Obsessive compulsive disorder

Obsessive-compulsive disorder (OCD) is a psychiatric disorder that occurs with the presence of obsessions and compulsions and causes significant limitations in one’s life. Studies have shown that the prevalence of OCD in the population is between 1-3% on average.

Obsessions are thoughts, impulses, or images that come to a person’s mind involuntarily and that, when they come, cause marked distress and unpleasant feelings and bodily symptoms. Obsessions can be associated with an event we experience or an emotion in our mind. A mother with her baby sitting in a highchair may realize that after seeing a knife while preparing food for her, the thought or image of harming her baby with this knife crosses her mind. He may feel an impulse in that direction. This thought, photograph, or impulse; It is called “obsession” if it comes on involuntarily, involuntarily, spontaneously and suddenly, and causes significant distress, discomfort and accompanying unpleasant bodily sensations. Obsessions can appear in many forms in our lives. Obsessions related to contamination, contamination, doubt-doubt, symmetry, aggression, religion, sexuality are the most common obsessions.

“Compulsions”, on the other hand, are the behaviors or rituals we do to reduce or eliminate the dissatisfied emotion and bodily reactions that arise as a result of obsessions. Sometimes compulsions can be in the form of thoughts, an example of this is trying to pass another thought to a thought that we do not like at the moment. Hand washing, cleaning, checking, counting, correcting, hoarding are the most common compulsions we see.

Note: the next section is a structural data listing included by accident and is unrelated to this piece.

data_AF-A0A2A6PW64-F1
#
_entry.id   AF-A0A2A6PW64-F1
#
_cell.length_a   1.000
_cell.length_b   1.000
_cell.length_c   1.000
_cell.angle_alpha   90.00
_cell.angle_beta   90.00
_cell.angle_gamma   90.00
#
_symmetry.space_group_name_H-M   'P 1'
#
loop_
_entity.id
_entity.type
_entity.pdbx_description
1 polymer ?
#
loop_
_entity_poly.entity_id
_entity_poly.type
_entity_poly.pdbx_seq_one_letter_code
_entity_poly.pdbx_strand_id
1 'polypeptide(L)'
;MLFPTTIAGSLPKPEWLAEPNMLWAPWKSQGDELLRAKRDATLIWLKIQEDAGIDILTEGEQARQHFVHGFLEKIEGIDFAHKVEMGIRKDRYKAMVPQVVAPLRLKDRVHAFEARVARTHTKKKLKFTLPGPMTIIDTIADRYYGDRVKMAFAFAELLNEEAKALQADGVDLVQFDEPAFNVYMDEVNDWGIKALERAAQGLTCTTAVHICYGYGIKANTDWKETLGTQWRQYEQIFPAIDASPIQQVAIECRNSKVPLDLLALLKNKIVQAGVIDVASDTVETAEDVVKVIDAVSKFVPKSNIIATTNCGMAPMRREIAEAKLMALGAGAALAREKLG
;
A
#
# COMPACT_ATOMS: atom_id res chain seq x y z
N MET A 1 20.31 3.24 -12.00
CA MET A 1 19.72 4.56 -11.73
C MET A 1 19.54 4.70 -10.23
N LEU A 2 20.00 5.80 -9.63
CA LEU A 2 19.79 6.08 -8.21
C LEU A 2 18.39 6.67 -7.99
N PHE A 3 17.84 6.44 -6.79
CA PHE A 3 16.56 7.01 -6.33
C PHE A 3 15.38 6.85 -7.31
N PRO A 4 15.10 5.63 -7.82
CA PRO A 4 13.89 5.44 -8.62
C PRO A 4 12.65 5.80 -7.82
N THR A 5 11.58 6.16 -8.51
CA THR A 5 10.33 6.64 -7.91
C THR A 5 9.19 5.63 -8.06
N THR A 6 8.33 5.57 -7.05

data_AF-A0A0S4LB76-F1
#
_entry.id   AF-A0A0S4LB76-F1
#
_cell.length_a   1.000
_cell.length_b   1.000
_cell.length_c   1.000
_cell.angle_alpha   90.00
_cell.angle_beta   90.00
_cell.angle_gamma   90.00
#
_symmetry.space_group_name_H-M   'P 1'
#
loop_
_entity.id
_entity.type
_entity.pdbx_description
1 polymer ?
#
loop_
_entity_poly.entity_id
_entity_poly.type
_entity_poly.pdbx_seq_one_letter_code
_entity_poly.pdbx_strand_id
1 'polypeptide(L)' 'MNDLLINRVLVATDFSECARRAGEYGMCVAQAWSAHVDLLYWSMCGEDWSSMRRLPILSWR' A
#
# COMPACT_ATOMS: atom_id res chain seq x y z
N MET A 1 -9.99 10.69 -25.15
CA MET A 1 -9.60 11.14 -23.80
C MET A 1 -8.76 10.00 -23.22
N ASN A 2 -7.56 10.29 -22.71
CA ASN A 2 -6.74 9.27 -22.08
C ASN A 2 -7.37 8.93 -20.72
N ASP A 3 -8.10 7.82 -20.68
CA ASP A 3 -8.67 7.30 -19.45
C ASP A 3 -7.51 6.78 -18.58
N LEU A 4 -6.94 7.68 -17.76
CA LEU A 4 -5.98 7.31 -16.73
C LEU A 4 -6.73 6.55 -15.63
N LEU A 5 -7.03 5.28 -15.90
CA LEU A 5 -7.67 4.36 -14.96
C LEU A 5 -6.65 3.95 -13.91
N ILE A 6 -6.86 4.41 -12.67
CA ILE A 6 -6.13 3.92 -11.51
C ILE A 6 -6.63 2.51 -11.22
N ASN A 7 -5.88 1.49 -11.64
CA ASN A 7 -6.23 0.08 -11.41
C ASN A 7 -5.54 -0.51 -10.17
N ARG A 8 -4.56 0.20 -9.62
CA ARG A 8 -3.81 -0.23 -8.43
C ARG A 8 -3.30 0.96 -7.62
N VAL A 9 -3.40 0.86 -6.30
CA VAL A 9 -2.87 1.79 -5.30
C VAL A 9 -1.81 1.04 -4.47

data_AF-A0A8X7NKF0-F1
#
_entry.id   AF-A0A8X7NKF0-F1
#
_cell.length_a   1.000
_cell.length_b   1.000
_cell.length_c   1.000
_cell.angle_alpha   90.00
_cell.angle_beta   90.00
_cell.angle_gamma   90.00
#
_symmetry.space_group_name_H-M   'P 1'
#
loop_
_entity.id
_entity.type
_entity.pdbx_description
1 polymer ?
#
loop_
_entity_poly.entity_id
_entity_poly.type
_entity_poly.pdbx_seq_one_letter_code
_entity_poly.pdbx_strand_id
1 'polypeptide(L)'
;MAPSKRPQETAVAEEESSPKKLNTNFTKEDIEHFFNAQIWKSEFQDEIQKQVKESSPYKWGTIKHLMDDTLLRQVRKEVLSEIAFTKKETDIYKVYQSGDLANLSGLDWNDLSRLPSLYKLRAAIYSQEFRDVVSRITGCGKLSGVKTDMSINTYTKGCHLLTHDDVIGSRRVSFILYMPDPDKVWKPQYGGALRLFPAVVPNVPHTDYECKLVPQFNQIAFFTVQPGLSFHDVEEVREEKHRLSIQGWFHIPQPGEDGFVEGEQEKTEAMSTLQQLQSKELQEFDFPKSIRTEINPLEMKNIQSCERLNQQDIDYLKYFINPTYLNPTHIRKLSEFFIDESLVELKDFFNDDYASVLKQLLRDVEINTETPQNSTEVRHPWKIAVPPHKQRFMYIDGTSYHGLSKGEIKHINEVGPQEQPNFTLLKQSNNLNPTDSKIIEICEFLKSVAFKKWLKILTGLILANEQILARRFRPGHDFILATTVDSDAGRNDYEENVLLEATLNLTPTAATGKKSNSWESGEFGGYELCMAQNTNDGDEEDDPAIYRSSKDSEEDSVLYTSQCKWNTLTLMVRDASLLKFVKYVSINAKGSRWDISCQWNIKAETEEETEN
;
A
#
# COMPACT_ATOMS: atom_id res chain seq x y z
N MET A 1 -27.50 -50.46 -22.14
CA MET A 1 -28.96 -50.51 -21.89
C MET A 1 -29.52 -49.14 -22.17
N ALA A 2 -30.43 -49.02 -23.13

If we still think that our hands are dirty after washing our hands, we continue to wash our hands to get rid of the unpleasant feelings that are part of this obsession.

As in many other psychiatric disorders, the factors affecting the formation and triggering of OCD are similar.


Genetic Factors

(Family history, having certain genes.)

Biological Factors

(Brain or other organ diseases, some drugs or substances used, past infections, vitamin deficiencies.)

Psychological Factors

(Perfectionism, excessive responsibility, intolerance of uncertainty, fusion of thought and action.)

Social Factors

(Early life events, parent-child environment relationship, traumatic life events, problems in work or family life.)

Although OCD is a compelling psychiatric disorder that significantly limits life, it is not insoluble. Most of the time it can be successfully treated. In the treatment of OCD, sometimes alone drug therapy and sometimes alone cognitive behavioral treatments (classical cognitive behavioral approaches, metacognitive therapy, mindfulness-based approaches) are used. In some patients, it may be necessary to use both treatments together. Which approach will be chosen first may vary depending on various factors.

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